Today in History – August 10, 1846 - by a vote of 26 to 13, the U.S. Senate passed the act organizing the Smithsonian Institution. Among its provisions: a Board of Regents, a Secretary, and a “suitable” building with rooms for the arrangement of objects of natural history, a chemical laboratory, a library, a gallery of art, and lecture rooms; and the transfer to the Institution of “all objects of art and of foreign and curious research, and all objects of natural history, plants, and geological and mineralogical specimens belonging to the United States.”
The act stipulated that James Smithson’s original legacy ($515,169), which he left “to the United States of America, to found at Washington, under the name of the Smithsonian Institution, an establishment for the increase and diffusion of knowledge….” be maintained as a trust fund whose interest was to cover the Smithsonian’s expenses. This fund continues to support the Institution along with other private gifts, grants, contracts and our federal appropriation.
As a young man, Smithson studied at Cambridge and the University of Edinburgh at a time when scientists were developing the scientific method and new discoveries were being published in the physical and natural sciences. He was taken by chemistry, which was emerging as a new field, and he took the opportunity to contribute to it using the new tools of research and science. In time, Smithson became a prominent chemist and a member of the Royal Academy. He was also an admirer of the scientific interests of Benjamin Franklin and Thomas Jefferson and the sense of possibility that was developing in the United States. This is likely one of the reasons for his bequest.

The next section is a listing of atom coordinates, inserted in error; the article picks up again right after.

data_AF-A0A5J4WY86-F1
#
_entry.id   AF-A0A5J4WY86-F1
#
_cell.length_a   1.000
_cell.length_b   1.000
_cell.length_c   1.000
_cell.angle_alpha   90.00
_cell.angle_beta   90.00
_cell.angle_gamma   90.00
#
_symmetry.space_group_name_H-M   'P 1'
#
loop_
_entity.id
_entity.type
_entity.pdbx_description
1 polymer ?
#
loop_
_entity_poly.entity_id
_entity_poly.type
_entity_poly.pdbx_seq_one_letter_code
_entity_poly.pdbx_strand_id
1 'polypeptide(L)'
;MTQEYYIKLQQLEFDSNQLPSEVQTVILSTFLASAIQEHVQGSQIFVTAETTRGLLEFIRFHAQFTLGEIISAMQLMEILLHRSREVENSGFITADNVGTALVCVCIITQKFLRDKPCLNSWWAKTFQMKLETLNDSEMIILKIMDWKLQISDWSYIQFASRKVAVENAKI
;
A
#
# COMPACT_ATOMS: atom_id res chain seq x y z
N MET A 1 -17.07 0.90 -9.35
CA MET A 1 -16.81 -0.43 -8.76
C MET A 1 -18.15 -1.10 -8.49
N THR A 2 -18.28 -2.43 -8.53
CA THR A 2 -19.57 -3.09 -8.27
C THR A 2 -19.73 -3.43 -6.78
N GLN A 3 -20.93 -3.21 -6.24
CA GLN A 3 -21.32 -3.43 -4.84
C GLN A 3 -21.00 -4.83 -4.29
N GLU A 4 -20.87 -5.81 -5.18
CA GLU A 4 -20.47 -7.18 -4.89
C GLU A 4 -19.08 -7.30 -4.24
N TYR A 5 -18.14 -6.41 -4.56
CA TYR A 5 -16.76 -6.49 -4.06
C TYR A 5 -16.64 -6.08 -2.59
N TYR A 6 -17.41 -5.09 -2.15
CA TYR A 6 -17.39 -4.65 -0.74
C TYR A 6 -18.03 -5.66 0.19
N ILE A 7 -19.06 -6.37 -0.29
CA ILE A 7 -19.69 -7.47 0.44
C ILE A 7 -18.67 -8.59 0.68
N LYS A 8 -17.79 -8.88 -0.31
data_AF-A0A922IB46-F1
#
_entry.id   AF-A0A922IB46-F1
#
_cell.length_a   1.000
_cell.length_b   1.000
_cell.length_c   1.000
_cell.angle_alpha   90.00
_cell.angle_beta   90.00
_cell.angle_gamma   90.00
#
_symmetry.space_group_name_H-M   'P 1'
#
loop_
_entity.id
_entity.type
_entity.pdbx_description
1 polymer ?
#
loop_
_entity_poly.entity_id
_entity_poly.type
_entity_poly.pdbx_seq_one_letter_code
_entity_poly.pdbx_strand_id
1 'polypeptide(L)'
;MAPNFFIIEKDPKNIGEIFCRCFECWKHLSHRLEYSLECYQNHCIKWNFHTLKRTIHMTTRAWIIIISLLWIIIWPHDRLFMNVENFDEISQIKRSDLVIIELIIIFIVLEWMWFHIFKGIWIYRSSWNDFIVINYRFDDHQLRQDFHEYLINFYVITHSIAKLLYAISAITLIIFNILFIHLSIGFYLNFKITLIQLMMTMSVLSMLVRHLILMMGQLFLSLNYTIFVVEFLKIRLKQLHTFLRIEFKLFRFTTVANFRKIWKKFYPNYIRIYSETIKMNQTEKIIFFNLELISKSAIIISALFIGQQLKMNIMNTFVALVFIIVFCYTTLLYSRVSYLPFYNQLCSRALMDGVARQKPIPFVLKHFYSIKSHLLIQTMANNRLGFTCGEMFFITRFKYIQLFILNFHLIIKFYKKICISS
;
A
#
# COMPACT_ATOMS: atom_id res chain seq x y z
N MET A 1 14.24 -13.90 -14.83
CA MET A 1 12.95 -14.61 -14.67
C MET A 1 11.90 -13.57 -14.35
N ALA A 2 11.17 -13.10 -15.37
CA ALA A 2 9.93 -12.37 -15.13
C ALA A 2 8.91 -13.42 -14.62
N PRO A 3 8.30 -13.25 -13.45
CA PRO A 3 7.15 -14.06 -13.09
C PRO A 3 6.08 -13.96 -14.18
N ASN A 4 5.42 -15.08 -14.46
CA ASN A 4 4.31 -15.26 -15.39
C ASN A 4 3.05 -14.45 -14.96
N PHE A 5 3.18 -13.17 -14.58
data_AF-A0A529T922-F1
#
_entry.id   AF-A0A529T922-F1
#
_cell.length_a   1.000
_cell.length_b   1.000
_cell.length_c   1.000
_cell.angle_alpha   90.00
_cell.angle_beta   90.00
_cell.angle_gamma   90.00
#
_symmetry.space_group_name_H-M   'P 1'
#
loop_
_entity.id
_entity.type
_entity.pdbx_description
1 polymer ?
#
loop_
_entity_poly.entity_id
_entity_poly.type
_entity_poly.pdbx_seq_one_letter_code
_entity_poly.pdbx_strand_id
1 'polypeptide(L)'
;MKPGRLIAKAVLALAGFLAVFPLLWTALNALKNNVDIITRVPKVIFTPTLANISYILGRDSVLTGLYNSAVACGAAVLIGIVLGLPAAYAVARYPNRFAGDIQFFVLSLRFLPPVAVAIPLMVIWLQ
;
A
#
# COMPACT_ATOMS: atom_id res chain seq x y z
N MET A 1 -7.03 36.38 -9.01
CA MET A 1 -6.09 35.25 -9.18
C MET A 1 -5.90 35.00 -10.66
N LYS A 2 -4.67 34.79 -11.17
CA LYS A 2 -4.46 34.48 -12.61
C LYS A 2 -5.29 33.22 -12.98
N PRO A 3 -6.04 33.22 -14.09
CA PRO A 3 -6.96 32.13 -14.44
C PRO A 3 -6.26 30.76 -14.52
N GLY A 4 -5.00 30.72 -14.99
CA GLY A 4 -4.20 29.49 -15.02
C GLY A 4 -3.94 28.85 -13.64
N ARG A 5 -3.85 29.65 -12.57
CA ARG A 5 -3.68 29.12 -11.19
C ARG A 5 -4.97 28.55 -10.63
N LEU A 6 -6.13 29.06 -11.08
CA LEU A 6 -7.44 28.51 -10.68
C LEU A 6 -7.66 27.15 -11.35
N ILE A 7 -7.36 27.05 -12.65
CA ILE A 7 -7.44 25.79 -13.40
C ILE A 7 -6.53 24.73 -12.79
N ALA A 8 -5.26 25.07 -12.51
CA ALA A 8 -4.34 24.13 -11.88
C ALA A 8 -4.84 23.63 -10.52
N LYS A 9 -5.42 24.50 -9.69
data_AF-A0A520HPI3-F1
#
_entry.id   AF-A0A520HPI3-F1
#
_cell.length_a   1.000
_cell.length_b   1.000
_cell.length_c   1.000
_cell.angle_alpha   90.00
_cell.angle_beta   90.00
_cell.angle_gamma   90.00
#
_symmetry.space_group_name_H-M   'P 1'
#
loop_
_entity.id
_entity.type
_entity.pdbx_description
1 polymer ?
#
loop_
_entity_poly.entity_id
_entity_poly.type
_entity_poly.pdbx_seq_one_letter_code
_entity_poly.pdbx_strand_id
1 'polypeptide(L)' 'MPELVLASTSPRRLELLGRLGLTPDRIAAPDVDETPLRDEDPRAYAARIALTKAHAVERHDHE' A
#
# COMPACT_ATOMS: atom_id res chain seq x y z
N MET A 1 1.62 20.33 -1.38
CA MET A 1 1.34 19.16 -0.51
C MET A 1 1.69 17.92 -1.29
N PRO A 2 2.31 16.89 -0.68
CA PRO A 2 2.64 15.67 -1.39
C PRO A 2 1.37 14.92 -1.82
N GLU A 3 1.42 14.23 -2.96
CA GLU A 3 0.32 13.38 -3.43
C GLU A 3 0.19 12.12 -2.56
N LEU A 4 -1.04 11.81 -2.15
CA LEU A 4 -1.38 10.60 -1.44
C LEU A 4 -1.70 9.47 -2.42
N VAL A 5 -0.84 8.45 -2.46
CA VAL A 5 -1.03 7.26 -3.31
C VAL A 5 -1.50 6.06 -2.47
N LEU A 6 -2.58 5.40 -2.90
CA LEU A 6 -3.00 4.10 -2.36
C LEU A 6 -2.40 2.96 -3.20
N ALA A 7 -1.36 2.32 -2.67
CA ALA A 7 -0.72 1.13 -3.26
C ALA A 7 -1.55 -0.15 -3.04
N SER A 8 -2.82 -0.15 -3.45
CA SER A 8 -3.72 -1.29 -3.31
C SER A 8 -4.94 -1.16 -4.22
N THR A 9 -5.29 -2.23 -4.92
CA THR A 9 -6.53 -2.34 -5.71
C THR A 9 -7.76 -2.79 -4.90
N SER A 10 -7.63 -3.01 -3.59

Upon the Smithsonian’s founding, the first Secretary selected was a well known scientist, Joseph Henry. Like Smithson, he ardently believed in the power of scholarship, research and discovery. In his 1854 article “On the Smithsonian Institution,” he wrote that “James Smithson was well aware that knowledge should not be viewed as existing in isolated parts, but as a whole, each portion of which throws light on all the other…the tendency of all is to improve the human mind, and give it new sources of power and enjoyment.” This philosophy has served to guide the growth and development of the Smithsonian as its reach spread across the sciences, history, culture and the arts.
Over time, the Smithsonian expanded to include nineteen museums and the National Zoo as well as nine research centers with activities in 88 countries. Although its activities are still driven by research and discovery, the public perception of the Smithsonian today is largely based on its museums and their exhibitions. Because of its museums, people have an enduring admiration for the Smithsonian, but it is far more than what meets the eye.
Early in its history, the Smithsonian was the principal scientific institution for the federal government. Over time, dozens of government agencies with research missions emerged, along with more than 200 research universities, and the Smithsonian museums increasingly came to represent our public face, with our research hidden behind our walls or moved outside of Washington altogether. Through my recent visits to our various science centers and field activities — in Maryland, Massachusetts, Virginia, Florida, Wyoming, Panama, Kenya, and elsewhere—it is clear that science is thriving at the Smithsonian.